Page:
Competent; 2: having requisite or adequate ability or qualities
Anyone who cannot copy memory precisely, using whatever language or library, should not be programming a computer. Moving data around IS programming. If you can't count you can't program.
If you can program, you can program in any language. If you can't, giving you Java or Lava or Shmava to hack ain't gonna help. If the compiler and runtime have to babysit you because you can't be trusted to count to 255 (or was that 256?) what the hell are you doing there anyway.
Overall I am sick and tired of people blaming languages for all the problems of the world. The problem is people, people.
You can either program or you cannot. My reading of the industry is that less than 10% of professional programmers are properly trained and understand exactly what they are doing, and about half should look for other avenues of employment. (I know this because along the way I employed a few of those by mistake.) Not a pretty picture.
That's the real reason why we have things like “buffer overflow” exploits, a problem which should have disappeared about a month after it was raised as a security issue, and did so for competent programmers. But the code jockeys still don't get it! (Hint: It is 256 after all! And add one for good luck.)
Microsoft adding one more idiotic restriction to try to reign in the cowboys is about as useful as trying to market edible condoms. ( It's late, I'm tired, I couldn't think of anything else and condoms are in the news here in .au.)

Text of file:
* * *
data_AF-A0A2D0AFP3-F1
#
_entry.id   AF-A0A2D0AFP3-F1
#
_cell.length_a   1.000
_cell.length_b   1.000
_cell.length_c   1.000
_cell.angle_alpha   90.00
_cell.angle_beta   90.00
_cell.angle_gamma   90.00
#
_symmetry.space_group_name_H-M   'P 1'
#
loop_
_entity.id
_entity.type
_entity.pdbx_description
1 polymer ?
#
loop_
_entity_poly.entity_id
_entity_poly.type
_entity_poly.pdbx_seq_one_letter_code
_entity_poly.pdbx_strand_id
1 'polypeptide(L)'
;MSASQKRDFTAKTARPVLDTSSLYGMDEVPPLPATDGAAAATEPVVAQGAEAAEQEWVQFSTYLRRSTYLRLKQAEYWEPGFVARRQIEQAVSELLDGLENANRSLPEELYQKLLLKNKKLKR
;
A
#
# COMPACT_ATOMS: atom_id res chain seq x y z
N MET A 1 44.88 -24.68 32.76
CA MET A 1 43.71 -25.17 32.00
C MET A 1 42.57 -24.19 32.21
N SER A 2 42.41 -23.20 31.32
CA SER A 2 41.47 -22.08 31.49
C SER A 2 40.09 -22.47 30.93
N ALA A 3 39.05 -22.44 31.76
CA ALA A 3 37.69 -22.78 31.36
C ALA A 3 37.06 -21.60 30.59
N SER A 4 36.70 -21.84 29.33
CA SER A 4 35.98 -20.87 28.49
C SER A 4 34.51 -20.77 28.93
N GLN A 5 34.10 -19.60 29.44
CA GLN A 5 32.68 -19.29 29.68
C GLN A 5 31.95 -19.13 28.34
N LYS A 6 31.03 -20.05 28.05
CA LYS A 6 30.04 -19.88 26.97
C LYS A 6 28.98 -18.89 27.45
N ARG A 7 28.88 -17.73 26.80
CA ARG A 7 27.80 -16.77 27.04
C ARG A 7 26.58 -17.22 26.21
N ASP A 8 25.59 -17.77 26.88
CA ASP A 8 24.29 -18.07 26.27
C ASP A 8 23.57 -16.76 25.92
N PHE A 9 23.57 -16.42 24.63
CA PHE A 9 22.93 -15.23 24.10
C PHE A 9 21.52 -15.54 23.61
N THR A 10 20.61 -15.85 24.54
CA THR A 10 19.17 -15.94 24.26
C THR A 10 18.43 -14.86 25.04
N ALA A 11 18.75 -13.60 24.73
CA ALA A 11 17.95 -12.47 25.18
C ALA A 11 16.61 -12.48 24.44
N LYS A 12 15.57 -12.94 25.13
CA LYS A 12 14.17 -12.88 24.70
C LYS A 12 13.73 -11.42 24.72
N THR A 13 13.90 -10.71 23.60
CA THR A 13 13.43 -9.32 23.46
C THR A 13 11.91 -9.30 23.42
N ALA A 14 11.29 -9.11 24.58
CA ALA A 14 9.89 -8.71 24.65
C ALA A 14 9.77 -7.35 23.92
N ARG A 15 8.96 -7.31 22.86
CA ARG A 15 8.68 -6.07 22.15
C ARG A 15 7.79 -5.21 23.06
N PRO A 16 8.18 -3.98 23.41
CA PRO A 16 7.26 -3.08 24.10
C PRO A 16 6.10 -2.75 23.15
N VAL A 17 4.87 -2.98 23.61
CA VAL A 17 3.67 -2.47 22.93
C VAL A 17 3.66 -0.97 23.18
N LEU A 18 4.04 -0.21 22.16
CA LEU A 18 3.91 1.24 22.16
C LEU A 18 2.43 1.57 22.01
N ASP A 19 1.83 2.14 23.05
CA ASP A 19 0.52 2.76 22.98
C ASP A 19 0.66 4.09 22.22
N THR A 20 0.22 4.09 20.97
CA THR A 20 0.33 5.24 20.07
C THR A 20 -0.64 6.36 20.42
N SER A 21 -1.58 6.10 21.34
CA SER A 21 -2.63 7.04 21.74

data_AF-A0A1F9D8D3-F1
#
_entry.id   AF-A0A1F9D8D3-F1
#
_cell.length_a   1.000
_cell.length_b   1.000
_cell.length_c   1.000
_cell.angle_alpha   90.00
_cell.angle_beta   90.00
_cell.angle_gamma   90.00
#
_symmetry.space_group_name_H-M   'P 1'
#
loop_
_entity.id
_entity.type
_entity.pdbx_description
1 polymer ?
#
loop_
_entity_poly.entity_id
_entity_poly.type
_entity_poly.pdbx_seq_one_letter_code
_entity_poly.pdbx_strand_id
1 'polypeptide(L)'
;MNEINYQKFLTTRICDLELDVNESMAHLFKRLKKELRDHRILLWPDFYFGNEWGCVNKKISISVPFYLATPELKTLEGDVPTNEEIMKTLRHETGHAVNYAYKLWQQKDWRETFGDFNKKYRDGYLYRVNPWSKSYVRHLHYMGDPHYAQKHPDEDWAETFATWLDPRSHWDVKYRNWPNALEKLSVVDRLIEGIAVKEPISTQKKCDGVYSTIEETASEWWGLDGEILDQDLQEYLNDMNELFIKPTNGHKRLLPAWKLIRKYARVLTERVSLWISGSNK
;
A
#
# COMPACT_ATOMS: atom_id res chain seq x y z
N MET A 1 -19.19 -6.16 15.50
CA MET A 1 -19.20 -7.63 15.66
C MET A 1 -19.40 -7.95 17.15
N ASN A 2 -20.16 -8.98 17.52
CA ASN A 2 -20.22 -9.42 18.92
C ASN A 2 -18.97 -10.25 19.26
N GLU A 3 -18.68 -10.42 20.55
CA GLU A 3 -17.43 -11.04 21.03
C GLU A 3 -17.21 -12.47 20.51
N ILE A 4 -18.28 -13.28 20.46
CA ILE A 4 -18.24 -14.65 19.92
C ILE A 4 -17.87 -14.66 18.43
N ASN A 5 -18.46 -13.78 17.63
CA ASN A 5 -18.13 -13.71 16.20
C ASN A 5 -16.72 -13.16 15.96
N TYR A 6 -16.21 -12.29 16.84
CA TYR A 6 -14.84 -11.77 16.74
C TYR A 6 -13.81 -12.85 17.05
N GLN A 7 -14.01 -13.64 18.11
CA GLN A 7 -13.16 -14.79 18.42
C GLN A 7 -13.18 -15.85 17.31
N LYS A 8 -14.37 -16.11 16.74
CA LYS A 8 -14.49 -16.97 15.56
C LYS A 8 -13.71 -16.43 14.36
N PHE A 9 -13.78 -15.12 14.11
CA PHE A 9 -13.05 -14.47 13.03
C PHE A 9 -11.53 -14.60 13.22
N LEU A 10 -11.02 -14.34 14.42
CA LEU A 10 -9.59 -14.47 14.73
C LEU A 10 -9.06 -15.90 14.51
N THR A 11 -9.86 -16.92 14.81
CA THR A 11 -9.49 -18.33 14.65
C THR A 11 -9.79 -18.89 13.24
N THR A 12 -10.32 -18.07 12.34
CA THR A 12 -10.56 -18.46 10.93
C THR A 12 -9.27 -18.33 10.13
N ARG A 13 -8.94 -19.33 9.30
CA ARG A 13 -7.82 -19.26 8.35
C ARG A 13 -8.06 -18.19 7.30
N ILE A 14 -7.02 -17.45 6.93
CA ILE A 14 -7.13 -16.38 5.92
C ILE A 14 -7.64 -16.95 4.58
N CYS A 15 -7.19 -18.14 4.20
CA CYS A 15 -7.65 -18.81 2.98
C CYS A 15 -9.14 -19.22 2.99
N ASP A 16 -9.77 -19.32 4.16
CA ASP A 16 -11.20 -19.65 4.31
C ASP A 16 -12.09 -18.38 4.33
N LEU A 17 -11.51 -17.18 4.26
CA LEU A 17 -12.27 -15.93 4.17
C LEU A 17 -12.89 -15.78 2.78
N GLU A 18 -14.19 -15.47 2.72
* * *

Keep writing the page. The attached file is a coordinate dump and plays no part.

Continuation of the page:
@Jake 05:26 GMT
You are not quite correct. I dealt with some MS programmers a while back in Redmond and they were not kids. They were exceptional software professionals who knew exactly what they were doing. Microsoft doesn't get it wrong because of the technical people it employs. Try taking pot shots at the marketers, hype merchants, slimy strategists who want to control the world and the other cheating, lying swine up there.
@Torben Mogensen 07:14 GMT
“But I have to agree with Kevin that the core of the problem is using C, which checks nothing at runtime at not enough at compile time.”
It's not a C problem Torben. One uses a language as given. A good programmer understands the strengths and limitations of the chosen language and gets on with producing a safe, functional, tested product.
@James 20:43 GMT
“The only real solution to real code stability and security is to stop using insecure languages and ensure people you employ are competent enough to fully understand the implications of *every* line of code they write.”
James, there is no such thing as an “insecure language”. There are however “insecure programmers” who do not understand the implications of what they are doing.